The degree of noise produced by cavitation varies. Increased pressure drop through a control valve causes more noise. In full cavitation, a control valve makes a rattling noise.

Once the type of valve and flow characteristics have been determined, an initial size can be specified by calculating the valve’s stroke for each design flow.
A valve stroke is the ratio of a valve’s actual flow capacity to its computed flow capacity. Choose a valve type that operates between 10% and 80% of the valve stroke through the anticipated operation range.
Choosing the Right Size and Type of Control Valve:
Pressure drop in a pumped circuit to a control valve must be equivalent to one-third of the dynamic losses in a process system at 15 psi or rated flow, whichever is greater.
The pressure drop distributed in a control valve from a centrifugal compressor’s discharge or suction line must be equal to 50% of the system’s dynamic losses or 5% of the actual suction pressure, whichever is greater.
Pressure drop in a control valve in steam lines to process vessels, reboilers, and turbines must be 5 psi or 10% of the actual pressure of the steam system, whichever is greater.
In an operation where static pressure transfers fluid from one pressure container to another, the pressure drop distributed to a control valve must be 50% of the process system’s dynamic losses or 10% of the lower-terminal container pressure, whichever is greater.
The valve’s gain cannot be less than 0.5.
Do not use the upper 90 percent or lower 10% of the valve stroke. When a valve is between 10% and 80% open, it is easier to control.
End connections for a control valve can vary. The RF, or raised face, is the most commonly used. In several high-pressure classes, an RTJ, or ring-type joint, is common. To achieve a tight connection, a control valve can be welded. Welding a valve into place eliminates the weight and cost of flanges. It may, however, become a problem if the valve needs to be removed for maintenance or repair.

A reduced-port control valve is more commonly used than a full-port control valve. This is due to the fact that a smaller port generates a pressure drop that can achieve the required flow capacity. Furthermore, a reduced port is less expensive because it can accommodate a smaller valve body. Prevent asking for unusual valve sizes such as 2.5, 3.5, and 22. These are difficult to find and maybe more expensive than standard sizes.

When a control valve is poorly designed, it may require more maintenance because it cannot function properly under certain service conditions. Wear of the seat, packing, actuator diaphragm, and valve body are all potential issues. The likelihood of these issues can be reduced by selecting the appropriate control valve design and materials.
A control valve that handles mixed liquids and solids, for example, should be cleaned on a regular basis to remove dirt. In this case, a globe valve might not be the best option because dirt could enter through the stem seal. This may limit control and possibly damage the valve. A rotary valve, on the other hand, might be a better option.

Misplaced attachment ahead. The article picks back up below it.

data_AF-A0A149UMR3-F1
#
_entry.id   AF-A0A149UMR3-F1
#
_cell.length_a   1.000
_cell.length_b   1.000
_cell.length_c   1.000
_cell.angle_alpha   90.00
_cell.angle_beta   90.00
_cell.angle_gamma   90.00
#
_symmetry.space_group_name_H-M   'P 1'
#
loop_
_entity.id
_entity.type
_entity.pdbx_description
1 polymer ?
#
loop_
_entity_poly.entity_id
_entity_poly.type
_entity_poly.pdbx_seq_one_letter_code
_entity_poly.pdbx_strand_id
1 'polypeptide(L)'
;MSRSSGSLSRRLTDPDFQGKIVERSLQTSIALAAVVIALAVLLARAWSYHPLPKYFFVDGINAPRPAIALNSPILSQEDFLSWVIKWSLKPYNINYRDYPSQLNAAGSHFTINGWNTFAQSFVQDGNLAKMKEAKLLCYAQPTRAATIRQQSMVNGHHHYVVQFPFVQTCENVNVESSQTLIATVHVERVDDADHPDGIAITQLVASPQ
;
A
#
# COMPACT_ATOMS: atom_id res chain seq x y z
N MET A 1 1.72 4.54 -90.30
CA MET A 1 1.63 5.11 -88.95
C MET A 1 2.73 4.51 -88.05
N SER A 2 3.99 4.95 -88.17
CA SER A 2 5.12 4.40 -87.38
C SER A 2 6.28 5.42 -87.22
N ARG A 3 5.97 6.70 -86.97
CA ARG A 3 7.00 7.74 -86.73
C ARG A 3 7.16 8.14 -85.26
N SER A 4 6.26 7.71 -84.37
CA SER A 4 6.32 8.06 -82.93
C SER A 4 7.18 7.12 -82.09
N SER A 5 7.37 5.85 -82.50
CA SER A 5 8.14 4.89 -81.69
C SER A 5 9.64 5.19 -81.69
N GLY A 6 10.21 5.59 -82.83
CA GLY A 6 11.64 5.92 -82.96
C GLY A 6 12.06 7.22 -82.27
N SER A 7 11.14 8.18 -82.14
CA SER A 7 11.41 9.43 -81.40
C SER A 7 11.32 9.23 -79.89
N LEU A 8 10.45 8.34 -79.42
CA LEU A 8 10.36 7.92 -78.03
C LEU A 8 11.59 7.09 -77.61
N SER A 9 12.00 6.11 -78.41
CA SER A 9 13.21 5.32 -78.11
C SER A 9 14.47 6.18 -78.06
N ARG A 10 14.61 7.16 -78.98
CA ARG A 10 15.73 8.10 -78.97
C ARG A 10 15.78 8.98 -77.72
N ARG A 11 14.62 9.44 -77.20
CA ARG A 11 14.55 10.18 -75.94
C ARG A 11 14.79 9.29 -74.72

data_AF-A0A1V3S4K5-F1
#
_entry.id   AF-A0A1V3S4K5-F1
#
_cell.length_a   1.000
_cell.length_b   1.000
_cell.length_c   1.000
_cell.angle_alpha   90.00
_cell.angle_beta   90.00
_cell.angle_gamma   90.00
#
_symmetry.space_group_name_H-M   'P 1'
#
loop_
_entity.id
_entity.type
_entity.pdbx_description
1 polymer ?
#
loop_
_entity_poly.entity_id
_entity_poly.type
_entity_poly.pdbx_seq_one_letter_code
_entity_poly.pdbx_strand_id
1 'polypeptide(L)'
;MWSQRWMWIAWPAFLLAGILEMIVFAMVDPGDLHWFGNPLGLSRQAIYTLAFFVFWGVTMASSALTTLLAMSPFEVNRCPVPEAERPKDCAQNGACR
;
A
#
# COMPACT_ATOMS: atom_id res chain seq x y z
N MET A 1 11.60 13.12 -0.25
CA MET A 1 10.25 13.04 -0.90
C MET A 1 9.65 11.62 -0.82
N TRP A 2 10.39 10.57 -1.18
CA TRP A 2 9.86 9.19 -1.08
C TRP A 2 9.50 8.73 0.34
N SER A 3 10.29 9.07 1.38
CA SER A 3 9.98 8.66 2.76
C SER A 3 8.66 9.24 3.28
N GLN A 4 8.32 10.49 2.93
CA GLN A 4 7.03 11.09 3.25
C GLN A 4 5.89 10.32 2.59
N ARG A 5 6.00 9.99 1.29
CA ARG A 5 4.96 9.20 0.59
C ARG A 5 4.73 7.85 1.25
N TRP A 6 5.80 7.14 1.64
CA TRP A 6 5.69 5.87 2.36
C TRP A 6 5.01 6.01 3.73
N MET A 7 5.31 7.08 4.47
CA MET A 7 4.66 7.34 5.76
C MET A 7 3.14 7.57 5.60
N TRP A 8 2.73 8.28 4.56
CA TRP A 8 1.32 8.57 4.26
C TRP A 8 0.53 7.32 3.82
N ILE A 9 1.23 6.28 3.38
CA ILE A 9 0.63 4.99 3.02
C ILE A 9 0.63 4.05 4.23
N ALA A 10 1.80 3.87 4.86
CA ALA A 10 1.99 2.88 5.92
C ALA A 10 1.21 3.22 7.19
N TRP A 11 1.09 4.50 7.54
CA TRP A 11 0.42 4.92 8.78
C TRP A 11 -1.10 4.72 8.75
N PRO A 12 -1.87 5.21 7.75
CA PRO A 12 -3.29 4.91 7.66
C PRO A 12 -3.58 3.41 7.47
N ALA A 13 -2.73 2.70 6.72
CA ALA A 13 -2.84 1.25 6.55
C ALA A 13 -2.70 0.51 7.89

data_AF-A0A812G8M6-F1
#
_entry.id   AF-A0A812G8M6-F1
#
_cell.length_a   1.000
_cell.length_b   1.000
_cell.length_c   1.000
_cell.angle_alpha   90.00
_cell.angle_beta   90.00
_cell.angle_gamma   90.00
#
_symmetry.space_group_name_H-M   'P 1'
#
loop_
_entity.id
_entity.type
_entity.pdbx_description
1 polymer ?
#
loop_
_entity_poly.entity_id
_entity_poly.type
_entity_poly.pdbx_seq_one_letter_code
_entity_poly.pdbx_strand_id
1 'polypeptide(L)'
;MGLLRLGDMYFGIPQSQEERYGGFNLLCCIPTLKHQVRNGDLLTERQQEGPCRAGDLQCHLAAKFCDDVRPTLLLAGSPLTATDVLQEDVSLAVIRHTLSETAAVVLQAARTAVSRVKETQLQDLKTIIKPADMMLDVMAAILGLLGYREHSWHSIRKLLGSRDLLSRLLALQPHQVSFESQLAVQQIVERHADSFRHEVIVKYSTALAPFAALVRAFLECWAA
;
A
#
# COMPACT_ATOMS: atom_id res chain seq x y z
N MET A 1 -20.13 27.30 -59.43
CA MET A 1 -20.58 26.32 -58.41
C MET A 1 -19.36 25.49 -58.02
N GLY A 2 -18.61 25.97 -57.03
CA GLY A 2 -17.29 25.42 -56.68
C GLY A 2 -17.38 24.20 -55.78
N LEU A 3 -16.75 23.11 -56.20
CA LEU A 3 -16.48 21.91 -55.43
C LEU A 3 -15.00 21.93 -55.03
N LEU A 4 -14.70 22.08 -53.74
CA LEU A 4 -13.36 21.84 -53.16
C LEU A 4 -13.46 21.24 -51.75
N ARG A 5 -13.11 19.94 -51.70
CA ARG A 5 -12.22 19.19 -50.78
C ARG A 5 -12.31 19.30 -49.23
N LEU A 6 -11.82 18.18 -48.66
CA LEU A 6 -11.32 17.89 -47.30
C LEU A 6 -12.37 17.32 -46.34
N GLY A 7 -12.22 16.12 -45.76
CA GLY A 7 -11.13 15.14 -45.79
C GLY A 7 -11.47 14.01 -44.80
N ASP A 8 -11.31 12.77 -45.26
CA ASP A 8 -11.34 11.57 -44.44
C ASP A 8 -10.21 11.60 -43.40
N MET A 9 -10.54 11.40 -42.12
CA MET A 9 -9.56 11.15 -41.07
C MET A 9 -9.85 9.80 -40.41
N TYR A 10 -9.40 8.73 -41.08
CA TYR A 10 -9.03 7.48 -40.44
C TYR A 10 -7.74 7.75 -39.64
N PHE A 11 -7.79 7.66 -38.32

Friction between the valve stem and the packing can cause wear. When compared to a rotary stem, a sliding stem typically causes more packing wear. This is because a sliding stem collects deposits and may transport them through the valve packing.
A metal seat is preferred for services that may cause erosion. If a soft seat is required, it must be positioned so that it is shielded from the flow path. If the seat and plug do not make good contact, lapping the seat may be a good solution.
Lapping is only possible with a metal seat. It is a manual process in which the seat and plug are ground together so that their surface finishes match. This method can result in a leak-free connection. Furthermore, choosing a control valve with distinguishing features may aid in lowering maintenance.
Smart positioners and valves send specific parameters to software, such as stem travel and actuator pressure. These parameters are used by this software to calculate performance indicators such as torque and stem-packing friction.

Valves that are used as control valves

A control valve is available in a variety of valve bodies with varying styles, sizes, connections, and materials. Choosing a control valve heavily relies on the application’s load characteristics, service conditions, and the task the valve performs.
The following valves are commonly used as control valves:

Rotary Control Valves

Ball Valves

A ball valve is a fast-acting rotary valve with a very tight shut-off. When it is completely open, it creates the least amount of resistance or turbulence to flow. A standard ball valve conforms to ASME face-to-face dimensions, making this valve type easy to modify and replace. A ball valve is classified as a high-recovery valve because of its high flow capacity and low-pressure drop.